Does this mean anything to you? It did to me.
The explanations may be necessary, however, because it’s kind of hard to follow exactly what’s going on throughout. New twists often involve new characters and places they need to go that Holmes and Watson are aware of, but we couldn’t have guessed. Or, at least I think that’s what happened.
Another bit that bothered me—but not enough to warrant a whole beer—is that Holmes seemed like he Irished-up his tea one too many times (okay, he literally starts drinking embalming fluid) but then his manic oddness seems to fade back into his usual eccentricity for no reason. I think they had a few crazy jokes they wanted to add in there and then forgot about keeping things consistent.
Moriarty didn’t fully impress me. The part is played well, but for a supposed “arch-nemesis”, he didn’t strike me as particularly devious or unique. Perhaps he would have, if I had understood everything along the way. His main crony added more darkness to the battle. Madam Simza is also under-utilized for how good an actress Rapace is, but a more involved relationship wasn’t necessarily needed either.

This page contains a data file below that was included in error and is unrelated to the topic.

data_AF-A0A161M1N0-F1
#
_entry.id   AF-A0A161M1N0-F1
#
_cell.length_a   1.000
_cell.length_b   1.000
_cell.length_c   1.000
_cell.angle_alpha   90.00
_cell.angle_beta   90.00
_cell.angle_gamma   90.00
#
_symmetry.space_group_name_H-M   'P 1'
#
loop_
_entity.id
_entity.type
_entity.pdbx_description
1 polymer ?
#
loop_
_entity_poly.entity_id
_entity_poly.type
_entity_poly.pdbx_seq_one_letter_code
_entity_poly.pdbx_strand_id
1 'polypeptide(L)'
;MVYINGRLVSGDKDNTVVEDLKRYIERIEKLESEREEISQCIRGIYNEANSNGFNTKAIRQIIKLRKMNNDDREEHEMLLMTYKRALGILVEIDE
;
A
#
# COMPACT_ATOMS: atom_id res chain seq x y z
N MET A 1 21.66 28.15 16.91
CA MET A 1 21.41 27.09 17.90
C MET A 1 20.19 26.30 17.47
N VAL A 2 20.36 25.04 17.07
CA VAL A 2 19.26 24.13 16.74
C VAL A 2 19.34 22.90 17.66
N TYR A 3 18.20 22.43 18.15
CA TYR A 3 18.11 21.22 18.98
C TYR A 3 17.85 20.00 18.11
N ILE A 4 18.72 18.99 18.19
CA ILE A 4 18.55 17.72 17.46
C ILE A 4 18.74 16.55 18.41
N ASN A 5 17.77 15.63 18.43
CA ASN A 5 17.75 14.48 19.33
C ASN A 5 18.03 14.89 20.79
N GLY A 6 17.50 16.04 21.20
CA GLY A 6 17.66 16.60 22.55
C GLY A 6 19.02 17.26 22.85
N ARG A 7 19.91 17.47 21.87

This isn’t one of the best movies of the year, but it’s certainly a fun watch. I was extremely close to giving it a Two. I just didn’t have the experience that I anticipated.
Bonus Drinking Game
Take a Drink: for each “called it!” moment
Take a Drink: when you didn’t see something coming
Take a Drink: for each gasp from an old lady in the audience (down the rest if it seems she’s got ‘the vapours’ and faints.)
Take a Shot: when Watson uses Holmes’s wedding present